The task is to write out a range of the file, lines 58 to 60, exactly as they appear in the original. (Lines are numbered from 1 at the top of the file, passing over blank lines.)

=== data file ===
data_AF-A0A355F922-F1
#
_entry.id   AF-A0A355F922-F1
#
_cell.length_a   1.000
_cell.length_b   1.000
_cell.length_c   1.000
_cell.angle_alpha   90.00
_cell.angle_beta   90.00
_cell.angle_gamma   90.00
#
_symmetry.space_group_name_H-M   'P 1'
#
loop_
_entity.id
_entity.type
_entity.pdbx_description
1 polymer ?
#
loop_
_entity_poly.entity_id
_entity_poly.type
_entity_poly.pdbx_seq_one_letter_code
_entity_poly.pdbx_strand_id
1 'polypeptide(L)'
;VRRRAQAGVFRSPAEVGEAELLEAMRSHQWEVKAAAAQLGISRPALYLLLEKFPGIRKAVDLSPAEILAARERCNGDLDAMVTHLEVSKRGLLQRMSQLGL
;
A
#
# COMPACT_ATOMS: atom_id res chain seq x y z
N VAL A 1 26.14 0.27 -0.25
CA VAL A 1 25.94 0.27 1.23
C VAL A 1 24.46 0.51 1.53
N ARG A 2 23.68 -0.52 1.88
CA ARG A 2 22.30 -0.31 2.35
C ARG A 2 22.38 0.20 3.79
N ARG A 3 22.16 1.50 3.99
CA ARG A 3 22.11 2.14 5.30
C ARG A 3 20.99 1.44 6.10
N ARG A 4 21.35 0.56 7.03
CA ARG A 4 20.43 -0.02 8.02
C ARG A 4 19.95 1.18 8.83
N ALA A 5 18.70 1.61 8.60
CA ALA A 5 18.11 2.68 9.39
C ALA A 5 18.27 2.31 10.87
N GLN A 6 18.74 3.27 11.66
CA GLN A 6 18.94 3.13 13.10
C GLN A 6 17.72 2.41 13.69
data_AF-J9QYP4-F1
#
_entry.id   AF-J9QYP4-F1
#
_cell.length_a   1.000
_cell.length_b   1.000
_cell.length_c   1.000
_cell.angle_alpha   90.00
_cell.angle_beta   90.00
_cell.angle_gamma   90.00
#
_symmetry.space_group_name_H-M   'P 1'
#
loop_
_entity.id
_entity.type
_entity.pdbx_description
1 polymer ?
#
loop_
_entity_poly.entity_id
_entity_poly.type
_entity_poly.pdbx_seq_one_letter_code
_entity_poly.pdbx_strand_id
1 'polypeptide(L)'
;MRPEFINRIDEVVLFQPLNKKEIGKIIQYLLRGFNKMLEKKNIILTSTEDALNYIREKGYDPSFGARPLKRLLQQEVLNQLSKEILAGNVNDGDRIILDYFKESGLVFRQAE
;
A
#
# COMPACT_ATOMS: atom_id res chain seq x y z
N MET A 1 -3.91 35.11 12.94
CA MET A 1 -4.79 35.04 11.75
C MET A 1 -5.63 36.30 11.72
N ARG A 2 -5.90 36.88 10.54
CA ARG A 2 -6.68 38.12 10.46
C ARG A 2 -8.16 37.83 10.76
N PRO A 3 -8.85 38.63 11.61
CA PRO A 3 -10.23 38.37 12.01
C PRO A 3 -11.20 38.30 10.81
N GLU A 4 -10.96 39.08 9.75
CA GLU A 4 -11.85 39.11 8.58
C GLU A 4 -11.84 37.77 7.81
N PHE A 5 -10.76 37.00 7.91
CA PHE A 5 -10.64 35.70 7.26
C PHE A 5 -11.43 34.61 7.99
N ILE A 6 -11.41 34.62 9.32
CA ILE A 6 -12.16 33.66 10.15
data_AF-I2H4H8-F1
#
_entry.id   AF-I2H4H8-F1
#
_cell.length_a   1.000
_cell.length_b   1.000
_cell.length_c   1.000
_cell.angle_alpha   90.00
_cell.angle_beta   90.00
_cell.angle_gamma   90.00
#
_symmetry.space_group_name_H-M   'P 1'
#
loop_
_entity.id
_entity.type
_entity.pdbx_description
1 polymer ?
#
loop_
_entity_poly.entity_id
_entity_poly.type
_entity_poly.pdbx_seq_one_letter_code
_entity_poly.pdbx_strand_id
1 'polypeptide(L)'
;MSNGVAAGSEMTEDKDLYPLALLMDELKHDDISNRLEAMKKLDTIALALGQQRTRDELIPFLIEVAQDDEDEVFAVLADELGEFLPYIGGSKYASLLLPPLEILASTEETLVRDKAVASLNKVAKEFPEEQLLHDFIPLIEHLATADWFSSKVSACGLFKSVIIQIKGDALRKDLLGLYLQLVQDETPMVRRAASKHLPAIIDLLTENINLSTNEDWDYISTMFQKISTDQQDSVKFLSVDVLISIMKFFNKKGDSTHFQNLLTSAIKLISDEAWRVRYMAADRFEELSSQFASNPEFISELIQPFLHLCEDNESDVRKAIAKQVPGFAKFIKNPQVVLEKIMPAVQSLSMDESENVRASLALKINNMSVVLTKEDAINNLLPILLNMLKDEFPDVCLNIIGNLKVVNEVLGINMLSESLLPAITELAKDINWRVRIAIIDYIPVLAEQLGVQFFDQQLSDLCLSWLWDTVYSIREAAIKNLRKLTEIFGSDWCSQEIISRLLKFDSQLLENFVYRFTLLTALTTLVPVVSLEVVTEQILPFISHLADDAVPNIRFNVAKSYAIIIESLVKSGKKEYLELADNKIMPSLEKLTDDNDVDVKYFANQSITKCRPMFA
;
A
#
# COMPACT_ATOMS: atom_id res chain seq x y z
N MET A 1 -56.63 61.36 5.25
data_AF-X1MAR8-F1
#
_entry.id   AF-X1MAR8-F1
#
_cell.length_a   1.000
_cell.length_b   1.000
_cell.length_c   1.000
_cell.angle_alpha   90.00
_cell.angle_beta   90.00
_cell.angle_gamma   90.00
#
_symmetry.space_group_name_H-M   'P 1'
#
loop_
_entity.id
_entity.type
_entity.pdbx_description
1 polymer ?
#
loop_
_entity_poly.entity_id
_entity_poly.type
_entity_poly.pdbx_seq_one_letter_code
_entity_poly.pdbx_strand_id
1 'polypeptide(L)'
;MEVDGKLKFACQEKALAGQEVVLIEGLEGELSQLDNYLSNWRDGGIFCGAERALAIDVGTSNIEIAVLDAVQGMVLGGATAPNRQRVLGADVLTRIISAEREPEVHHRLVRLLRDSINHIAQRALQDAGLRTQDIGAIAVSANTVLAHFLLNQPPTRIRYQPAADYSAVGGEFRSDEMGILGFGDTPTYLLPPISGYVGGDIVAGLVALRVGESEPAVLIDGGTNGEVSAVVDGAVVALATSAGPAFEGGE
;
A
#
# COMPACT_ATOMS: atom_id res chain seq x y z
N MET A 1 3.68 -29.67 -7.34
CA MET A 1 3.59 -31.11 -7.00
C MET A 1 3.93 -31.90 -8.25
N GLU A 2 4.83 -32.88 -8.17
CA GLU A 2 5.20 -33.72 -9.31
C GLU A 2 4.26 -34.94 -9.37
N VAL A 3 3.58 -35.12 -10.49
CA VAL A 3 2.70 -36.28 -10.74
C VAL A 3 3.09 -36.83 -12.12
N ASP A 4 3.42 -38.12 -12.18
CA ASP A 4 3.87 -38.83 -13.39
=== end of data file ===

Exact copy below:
_cell.angle_gamma   90.00
#
_symmetry.space_group_name_H-M   'P 1'